At an early June event in Duluth, Kat Mandeville walked out of a screening of Crispin Glover’s latest film, It is Fine! EVERYTHING IS FINE! Outraged as much by the fact of the film’s screening as she was its provocative content, she wrote a letter in response and sent it around to me at mnartists.org, the daily newspaper, a Duluth-area arts website.
The movie was part of a headline event at the Duluth/Superior Film Festival, an exercise in masturbatory weirdness that included “Crispin Hellion Glover’s Big Slideshow,” featuring a one-hour dramatic narration-plus-slideshow projection conducted by the man himself, showcasing eight different re-purposed books he’s painstakingly annotated and illustrated with various flights of grotesque fantasy. By all accounts, Glover waxed on (cryptically, often incomprehensibly) for a while about the project and projected some pictures. Then they screened his new movie, a semi-autobiographical flick written by and starring Steven C. Stewart (a screenwriter who has severe cerebral palsy), directed by Glover in 2007. (This is the second in Glover’s “It” trilogy, which began with the twisted and surreal 2005 film, What Is It?)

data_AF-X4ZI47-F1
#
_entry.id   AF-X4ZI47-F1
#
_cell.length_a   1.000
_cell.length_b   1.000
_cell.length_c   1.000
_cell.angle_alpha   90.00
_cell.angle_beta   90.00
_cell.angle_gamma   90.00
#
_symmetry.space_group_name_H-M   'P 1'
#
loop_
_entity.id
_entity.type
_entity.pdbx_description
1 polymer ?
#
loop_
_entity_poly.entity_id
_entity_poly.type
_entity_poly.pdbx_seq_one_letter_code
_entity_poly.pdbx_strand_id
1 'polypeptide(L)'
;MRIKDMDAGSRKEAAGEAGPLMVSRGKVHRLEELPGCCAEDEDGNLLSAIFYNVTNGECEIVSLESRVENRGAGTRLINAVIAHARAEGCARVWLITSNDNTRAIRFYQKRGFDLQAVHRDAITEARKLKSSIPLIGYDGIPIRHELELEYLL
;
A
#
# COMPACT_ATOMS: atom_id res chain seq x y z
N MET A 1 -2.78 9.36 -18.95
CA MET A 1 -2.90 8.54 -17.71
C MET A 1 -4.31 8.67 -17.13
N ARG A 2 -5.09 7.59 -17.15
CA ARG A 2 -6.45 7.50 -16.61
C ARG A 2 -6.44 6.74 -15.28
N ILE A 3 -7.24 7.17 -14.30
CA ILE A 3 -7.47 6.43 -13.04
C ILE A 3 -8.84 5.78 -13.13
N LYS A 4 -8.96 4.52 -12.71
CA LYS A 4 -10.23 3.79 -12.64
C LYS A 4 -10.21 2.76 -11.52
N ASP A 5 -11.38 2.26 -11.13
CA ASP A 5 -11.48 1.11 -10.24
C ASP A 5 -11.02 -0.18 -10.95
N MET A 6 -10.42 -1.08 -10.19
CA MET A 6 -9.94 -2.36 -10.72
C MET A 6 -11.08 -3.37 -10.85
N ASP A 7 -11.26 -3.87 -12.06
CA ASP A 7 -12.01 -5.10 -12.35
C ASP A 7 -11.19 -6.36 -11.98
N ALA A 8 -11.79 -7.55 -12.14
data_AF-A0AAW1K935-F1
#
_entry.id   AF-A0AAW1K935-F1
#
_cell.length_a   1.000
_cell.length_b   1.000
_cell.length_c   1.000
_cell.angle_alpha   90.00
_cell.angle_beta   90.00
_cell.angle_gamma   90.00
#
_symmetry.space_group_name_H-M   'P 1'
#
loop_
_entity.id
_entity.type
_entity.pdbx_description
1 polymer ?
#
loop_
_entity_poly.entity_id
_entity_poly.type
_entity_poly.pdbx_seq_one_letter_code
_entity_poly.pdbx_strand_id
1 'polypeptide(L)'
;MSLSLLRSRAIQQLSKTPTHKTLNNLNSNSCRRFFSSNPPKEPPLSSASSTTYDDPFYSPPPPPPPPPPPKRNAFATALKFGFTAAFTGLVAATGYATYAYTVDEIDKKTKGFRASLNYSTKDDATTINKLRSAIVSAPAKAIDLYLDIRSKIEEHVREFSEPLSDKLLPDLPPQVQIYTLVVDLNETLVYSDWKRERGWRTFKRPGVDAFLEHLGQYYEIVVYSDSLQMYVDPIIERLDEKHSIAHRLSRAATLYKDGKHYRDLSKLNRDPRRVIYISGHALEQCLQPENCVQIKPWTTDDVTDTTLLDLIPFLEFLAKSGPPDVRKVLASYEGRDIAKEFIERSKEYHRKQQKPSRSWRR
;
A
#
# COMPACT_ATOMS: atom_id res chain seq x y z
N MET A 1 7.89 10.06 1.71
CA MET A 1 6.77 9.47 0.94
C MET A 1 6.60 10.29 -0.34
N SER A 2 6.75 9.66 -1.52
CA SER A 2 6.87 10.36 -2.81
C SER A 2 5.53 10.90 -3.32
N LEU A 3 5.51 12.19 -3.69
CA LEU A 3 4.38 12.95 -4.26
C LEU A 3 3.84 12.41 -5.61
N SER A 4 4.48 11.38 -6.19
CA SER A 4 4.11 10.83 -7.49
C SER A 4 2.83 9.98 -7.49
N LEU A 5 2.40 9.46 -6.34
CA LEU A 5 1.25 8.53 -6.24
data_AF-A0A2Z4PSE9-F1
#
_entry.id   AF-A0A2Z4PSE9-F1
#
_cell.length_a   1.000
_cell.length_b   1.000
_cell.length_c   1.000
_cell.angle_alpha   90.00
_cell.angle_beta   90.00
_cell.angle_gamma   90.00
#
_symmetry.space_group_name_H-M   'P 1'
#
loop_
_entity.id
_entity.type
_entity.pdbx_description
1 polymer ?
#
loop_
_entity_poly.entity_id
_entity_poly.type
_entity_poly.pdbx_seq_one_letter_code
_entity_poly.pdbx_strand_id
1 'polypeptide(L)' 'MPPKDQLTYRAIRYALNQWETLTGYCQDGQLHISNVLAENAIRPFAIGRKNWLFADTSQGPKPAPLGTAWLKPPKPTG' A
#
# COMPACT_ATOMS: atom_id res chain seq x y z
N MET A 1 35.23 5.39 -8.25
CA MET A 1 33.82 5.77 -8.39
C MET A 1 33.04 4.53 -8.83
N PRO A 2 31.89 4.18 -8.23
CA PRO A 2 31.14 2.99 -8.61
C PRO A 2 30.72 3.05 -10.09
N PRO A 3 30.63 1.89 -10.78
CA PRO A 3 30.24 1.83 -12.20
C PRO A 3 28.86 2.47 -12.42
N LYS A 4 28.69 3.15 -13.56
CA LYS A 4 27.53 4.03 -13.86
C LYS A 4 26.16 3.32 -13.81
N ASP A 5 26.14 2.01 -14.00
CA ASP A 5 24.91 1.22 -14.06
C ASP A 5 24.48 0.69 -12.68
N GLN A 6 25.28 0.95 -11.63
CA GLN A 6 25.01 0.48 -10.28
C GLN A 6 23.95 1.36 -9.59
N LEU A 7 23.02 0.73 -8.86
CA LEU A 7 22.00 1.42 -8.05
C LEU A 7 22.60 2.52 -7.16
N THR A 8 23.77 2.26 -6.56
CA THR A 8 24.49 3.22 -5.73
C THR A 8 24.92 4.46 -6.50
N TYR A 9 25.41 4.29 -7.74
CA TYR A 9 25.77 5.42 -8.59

It is Fine… is billed as a “psycho-sexual tale about a man with severe cerebral palsy and a fetish for girls with long hair. Part horror film, part exploitation picture, and part documentary of a man who cannot express his sexuality in the way he desires (due to his physical condition), this fantastical and often humorous tale is told completely from Stewart’s actual point of view – that of someone who has lived for years watching people do things he will never be able to do.” The character at the film’s center may be seriously disabled, but he’s by no means incapacitated. Indeed, he is a ladykiller in every sense of the word: the film follows episodes of his seduction and subsequent savaging of the various (silver screen–ready) women he encounters.